More of a companion piece and continuation of the work he did on his previous documentary, Human Flow, artist and filmmaker Ai Weiwei’s The Rest isn’t any different from his last film, but that also might be what makes it so vital.
With The Rest, Weiwei turns his eye towards the continuing refugee crisis in the age of closed borders, increased bureaucracy, and rampant human rights abuses. Weiwei, himself no stranger to governmental suppression, sits down with refugees and shares their stories of immobility and frustration. Grieving families plead with local authorities to look for the bodies of children who drowned while making the dangerous crossing into Europe. Bodies of the dead wash upon the shores of the Mediterranean coast with stark regularity. Tent cities are erected at dead ends where migration to other countries becomes impossible due to protectionist border closings. Communities close their doors to migrants out of racist fears. As one young man from Syria puts the situation, he never would’ve left his homeland if he knew things were going to be this bad.
The Rest feels like bits and pieces that were cast off from Weiwei’s much longer Human Flow. It plays very much like a project that’s been made up of deleted scenes and threads from something larger, and less like a stand alone film. It’s not that The Rest doesn’t have some astounding sequences – like capturing a dangerous clash between increasingly angry refugees and Macedonian border guards or taking the supposedly progressive and proactive German government to task for their handling of migrants – but we’ve seen Weiwei make this film once before.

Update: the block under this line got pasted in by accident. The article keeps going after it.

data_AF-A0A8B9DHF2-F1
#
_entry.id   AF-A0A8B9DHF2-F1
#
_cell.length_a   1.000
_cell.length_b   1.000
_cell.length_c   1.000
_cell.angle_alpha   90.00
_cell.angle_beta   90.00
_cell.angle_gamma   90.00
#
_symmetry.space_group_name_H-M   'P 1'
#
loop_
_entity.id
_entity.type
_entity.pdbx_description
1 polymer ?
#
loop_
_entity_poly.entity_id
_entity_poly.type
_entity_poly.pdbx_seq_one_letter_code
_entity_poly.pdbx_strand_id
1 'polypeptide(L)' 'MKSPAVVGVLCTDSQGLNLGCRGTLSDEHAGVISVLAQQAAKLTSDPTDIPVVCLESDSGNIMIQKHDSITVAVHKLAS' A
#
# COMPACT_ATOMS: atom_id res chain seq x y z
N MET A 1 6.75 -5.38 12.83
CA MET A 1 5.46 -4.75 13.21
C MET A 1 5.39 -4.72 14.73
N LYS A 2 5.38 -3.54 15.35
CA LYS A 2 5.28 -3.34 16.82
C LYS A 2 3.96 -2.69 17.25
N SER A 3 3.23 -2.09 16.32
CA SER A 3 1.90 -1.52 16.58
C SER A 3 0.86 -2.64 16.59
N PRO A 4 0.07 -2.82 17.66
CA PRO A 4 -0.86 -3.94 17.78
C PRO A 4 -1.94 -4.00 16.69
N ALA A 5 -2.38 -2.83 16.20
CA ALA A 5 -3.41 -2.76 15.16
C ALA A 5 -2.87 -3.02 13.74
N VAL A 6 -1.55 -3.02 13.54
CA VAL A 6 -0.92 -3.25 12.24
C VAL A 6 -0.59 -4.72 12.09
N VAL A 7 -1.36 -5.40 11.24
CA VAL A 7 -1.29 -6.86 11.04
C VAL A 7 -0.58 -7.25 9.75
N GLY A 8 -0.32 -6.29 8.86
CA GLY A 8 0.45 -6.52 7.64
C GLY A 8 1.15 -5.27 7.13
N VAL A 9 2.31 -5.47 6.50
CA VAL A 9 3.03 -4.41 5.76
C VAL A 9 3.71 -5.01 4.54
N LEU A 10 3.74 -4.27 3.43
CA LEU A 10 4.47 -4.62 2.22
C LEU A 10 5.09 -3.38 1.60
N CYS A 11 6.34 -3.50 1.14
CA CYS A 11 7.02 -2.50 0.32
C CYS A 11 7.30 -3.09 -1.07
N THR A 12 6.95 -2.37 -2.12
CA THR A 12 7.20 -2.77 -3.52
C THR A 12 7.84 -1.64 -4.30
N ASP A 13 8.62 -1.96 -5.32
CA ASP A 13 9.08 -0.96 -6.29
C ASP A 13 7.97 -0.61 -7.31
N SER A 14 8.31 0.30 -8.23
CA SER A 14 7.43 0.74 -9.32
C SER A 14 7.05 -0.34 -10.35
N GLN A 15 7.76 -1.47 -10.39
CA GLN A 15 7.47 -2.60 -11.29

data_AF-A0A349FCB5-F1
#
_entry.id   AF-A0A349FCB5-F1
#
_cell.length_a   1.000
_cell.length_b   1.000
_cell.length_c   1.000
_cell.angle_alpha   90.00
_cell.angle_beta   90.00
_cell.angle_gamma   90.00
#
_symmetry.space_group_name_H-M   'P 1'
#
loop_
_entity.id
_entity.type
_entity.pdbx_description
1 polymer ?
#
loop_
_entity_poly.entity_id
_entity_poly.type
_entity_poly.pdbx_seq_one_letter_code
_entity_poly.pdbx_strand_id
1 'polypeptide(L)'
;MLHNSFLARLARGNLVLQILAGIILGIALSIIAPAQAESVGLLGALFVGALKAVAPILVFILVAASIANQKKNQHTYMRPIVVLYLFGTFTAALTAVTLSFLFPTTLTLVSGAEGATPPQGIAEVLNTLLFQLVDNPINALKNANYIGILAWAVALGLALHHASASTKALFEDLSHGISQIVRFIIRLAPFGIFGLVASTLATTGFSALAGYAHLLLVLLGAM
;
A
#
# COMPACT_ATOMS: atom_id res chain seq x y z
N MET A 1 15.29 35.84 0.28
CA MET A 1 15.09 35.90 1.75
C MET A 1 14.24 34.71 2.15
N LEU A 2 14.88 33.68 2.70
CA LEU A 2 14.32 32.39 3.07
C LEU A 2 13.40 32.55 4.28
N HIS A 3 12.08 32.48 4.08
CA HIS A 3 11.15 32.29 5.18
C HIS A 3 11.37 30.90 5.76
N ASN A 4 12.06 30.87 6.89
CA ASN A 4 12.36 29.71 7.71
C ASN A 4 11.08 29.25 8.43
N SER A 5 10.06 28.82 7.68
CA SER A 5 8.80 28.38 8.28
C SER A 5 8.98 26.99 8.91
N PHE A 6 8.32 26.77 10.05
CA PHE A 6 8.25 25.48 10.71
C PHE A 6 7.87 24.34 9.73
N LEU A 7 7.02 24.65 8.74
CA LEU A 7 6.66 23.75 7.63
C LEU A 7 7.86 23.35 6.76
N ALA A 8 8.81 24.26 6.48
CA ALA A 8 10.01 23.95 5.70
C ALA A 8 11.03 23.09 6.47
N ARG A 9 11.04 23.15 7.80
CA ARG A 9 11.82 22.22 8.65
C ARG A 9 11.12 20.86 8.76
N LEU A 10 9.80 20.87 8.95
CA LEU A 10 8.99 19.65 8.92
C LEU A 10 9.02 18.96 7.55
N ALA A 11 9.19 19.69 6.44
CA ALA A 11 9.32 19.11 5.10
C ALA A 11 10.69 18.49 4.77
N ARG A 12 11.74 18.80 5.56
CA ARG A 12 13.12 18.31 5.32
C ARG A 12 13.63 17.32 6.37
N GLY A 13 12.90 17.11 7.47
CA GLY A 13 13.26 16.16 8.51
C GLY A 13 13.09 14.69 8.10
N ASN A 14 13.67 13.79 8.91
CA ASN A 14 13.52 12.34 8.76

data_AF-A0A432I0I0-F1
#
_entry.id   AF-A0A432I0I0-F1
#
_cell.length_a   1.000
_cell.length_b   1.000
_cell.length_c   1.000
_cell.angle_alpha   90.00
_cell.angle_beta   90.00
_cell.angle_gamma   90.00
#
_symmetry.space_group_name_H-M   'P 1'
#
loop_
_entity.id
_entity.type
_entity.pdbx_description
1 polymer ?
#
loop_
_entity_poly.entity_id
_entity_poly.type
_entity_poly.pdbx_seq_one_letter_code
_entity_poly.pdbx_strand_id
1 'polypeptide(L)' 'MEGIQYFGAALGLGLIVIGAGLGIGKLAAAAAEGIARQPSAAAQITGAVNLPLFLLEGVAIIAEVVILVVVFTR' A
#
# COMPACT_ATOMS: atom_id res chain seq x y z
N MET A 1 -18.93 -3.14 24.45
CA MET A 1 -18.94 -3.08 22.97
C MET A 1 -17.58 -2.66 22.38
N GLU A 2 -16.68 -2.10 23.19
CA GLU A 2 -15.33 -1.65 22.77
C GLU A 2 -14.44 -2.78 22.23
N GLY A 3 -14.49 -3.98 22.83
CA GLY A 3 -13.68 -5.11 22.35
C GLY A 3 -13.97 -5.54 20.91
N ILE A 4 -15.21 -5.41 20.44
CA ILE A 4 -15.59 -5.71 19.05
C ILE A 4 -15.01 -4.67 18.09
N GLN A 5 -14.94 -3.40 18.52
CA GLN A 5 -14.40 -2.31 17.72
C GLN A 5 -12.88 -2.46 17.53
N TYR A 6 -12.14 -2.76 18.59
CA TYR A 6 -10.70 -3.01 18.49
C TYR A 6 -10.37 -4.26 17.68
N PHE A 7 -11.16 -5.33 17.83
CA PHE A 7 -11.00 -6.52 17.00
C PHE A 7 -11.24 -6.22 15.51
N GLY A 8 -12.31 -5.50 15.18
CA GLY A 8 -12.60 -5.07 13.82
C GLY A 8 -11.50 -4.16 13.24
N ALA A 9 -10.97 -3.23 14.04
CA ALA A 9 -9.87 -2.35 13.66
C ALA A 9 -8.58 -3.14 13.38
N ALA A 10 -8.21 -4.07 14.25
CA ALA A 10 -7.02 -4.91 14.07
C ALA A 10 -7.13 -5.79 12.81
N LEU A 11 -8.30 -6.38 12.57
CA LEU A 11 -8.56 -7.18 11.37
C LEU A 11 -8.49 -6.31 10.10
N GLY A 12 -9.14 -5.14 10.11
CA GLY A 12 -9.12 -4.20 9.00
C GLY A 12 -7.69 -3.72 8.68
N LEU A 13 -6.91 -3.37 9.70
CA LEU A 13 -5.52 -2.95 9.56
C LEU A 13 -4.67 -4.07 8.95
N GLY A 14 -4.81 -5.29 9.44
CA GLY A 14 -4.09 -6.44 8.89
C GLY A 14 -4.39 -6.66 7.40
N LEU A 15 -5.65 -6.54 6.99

But the fact that Weiwei already did this same thing better the first time around doesn’t diminish the impact of The Rest. If this wasn’t still an issue, Weiwei wouldn’t have to make a film about it. Between Human Flow and The Rest, little to nothing has changed, and in many parts of the world, nationalism has made things far worse. Don’t be surprised if Weiwei makes another film about the same subject matter in the not too distant future.
Sunday, May 5 – 9:30 pm – Hot Docs Ted Rogers Cinema